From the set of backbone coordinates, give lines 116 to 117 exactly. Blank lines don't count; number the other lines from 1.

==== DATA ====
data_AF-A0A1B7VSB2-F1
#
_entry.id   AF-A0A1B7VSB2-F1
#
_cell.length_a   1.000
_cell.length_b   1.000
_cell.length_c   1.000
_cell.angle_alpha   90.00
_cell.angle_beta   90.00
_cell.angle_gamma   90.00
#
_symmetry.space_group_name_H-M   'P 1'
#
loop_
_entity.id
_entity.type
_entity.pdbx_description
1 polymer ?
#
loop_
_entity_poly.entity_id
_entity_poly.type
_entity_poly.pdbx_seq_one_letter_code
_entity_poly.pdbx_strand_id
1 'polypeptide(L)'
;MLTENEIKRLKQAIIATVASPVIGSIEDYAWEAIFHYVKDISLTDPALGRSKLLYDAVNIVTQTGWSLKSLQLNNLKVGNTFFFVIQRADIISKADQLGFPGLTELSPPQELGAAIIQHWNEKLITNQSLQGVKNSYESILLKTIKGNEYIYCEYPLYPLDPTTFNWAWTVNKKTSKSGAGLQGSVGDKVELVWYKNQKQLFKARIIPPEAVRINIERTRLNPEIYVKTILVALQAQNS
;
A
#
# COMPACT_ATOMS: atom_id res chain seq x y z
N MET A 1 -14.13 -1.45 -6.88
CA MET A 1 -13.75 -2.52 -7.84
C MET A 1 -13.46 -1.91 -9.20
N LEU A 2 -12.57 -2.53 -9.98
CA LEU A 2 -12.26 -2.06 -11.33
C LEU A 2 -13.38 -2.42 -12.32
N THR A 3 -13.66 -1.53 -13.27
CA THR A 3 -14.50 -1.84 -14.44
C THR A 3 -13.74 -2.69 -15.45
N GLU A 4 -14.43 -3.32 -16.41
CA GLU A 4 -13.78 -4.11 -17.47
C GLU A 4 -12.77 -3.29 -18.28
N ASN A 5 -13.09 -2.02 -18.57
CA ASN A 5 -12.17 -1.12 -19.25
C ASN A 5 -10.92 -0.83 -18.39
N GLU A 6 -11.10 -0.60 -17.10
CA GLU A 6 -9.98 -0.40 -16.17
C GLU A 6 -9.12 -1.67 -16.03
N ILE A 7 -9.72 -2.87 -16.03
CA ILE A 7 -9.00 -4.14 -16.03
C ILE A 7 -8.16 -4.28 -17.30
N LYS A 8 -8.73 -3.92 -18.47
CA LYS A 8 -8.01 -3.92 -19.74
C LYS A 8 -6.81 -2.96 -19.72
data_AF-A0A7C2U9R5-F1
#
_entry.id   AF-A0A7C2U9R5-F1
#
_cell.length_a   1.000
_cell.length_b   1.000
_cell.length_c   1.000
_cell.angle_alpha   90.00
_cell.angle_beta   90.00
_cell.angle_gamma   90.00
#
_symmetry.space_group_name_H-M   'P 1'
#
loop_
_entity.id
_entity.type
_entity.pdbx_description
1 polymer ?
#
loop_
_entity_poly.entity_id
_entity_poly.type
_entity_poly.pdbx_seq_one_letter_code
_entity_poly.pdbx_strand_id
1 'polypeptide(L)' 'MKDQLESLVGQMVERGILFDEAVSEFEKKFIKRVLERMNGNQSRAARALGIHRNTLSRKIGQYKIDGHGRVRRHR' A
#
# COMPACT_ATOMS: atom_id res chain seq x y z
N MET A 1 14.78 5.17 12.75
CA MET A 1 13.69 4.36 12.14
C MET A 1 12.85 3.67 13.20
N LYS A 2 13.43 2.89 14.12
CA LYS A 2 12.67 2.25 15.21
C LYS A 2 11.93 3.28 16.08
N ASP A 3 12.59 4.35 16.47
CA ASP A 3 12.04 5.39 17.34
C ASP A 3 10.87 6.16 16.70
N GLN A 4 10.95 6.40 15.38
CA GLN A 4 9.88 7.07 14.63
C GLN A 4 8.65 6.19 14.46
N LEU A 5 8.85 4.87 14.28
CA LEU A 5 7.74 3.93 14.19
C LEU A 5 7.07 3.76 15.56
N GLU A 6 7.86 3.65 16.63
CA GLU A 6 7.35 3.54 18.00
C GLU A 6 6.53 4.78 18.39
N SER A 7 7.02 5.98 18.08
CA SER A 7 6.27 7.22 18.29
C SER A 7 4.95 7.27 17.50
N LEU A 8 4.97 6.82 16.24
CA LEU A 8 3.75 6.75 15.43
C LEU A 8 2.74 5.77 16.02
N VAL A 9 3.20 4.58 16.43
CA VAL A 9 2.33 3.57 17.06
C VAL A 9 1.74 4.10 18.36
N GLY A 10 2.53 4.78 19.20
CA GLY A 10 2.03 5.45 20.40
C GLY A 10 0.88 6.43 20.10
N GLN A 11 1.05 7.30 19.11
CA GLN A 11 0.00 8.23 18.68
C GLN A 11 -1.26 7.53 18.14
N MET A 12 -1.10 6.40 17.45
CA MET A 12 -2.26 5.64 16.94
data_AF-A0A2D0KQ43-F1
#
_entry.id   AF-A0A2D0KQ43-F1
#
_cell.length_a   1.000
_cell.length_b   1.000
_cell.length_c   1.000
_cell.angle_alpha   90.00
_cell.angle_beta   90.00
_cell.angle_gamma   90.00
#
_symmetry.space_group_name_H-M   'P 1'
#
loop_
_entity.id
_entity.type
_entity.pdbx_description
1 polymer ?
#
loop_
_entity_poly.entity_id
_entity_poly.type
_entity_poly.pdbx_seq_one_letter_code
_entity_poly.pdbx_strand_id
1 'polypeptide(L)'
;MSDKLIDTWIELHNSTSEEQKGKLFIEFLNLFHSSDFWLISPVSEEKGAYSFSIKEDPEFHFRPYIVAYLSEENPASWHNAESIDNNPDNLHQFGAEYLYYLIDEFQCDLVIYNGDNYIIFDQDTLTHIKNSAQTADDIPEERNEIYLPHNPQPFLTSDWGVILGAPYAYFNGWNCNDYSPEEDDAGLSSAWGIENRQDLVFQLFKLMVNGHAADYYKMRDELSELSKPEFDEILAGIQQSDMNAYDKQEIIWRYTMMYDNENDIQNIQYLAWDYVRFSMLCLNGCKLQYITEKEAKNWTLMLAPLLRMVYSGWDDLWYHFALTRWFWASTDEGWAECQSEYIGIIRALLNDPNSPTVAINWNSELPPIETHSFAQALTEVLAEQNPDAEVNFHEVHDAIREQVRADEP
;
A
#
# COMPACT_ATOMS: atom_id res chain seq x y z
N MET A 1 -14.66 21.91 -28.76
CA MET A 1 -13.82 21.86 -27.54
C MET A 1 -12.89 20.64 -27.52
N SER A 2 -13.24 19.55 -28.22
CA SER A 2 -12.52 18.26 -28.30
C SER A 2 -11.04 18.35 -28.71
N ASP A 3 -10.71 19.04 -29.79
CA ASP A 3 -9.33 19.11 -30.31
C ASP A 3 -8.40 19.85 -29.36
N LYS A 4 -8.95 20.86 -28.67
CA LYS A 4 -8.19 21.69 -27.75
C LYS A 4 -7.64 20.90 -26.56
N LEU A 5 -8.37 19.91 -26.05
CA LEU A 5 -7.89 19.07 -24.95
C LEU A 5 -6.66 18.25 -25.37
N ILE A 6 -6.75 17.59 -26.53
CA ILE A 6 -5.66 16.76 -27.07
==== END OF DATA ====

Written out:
CA MET A 12 -2.26 5.64 16.94
data_AF-A0A2D0KQ43-F1